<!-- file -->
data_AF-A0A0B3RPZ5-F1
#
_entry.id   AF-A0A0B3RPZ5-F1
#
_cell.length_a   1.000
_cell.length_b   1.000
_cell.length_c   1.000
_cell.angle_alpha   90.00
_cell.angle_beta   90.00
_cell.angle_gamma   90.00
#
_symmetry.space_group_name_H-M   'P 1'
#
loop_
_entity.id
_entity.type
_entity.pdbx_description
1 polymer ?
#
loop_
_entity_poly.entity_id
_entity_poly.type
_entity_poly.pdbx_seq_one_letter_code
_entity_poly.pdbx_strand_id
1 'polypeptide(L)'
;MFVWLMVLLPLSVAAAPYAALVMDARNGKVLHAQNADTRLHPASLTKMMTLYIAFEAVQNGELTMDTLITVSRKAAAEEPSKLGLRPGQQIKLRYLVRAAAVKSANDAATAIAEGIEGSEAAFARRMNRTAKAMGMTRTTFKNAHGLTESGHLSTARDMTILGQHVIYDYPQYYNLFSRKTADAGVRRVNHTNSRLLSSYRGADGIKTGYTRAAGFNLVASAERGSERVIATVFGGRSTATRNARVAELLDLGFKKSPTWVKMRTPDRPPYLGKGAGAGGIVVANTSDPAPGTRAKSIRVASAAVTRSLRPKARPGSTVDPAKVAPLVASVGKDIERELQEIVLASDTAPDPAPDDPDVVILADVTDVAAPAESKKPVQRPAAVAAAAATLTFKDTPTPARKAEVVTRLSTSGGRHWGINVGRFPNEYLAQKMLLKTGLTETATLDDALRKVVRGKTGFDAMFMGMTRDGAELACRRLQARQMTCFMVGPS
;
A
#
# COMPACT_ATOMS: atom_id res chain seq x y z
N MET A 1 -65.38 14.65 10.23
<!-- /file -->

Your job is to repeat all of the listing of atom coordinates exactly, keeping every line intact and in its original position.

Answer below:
data_AF-A0A0B3RPZ5-F1
#
_entry.id   AF-A0A0B3RPZ5-F1
#
_cell.length_a   1.000
_cell.length_b   1.000
_cell.length_c   1.000
_cell.angle_alpha   90.00
_cell.angle_beta   90.00
_cell.angle_gamma   90.00
#
_symmetry.space_group_name_H-M   'P 1'
#
loop_
_entity.id
_entity.type
_entity.pdbx_description
1 polymer ?
#
loop_
_entity_poly.entity_id
_entity_poly.type
_entity_poly.pdbx_seq_one_letter_code
_entity_poly.pdbx_strand_id
1 'polypeptide(L)'
;MFVWLMVLLPLSVAAAPYAALVMDARNGKVLHAQNADTRLHPASLTKMMTLYIAFEAVQNGELTMDTLITVSRKAAAEEPSKLGLRPGQQIKLRYLVRAAAVKSANDAATAIAEGIEGSEAAFARRMNRTAKAMGMTRTTFKNAHGLTESGHLSTARDMTILGQHVIYDYPQYYNLFSRKTADAGVRRVNHTNSRLLSSYRGADGIKTGYTRAAGFNLVASAERGSERVIATVFGGRSTATRNARVAELLDLGFKKSPTWVKMRTPDRPPYLGKGAGAGGIVVANTSDPAPGTRAKSIRVASAAVTRSLRPKARPGSTVDPAKVAPLVASVGKDIERELQEIVLASDTAPDPAPDDPDVVILADVTDVAAPAESKKPVQRPAAVAAAAATLTFKDTPTPARKAEVVTRLSTSGGRHWGINVGRFPNEYLAQKMLLKTGLTETATLDDALRKVVRGKTGFDAMFMGMTRDGAELACRRLQARQMTCFMVGPS
;
A
#
# COMPACT_ATOMS: atom_id res chain seq x y z
N MET A 1 -65.38 14.65 10.23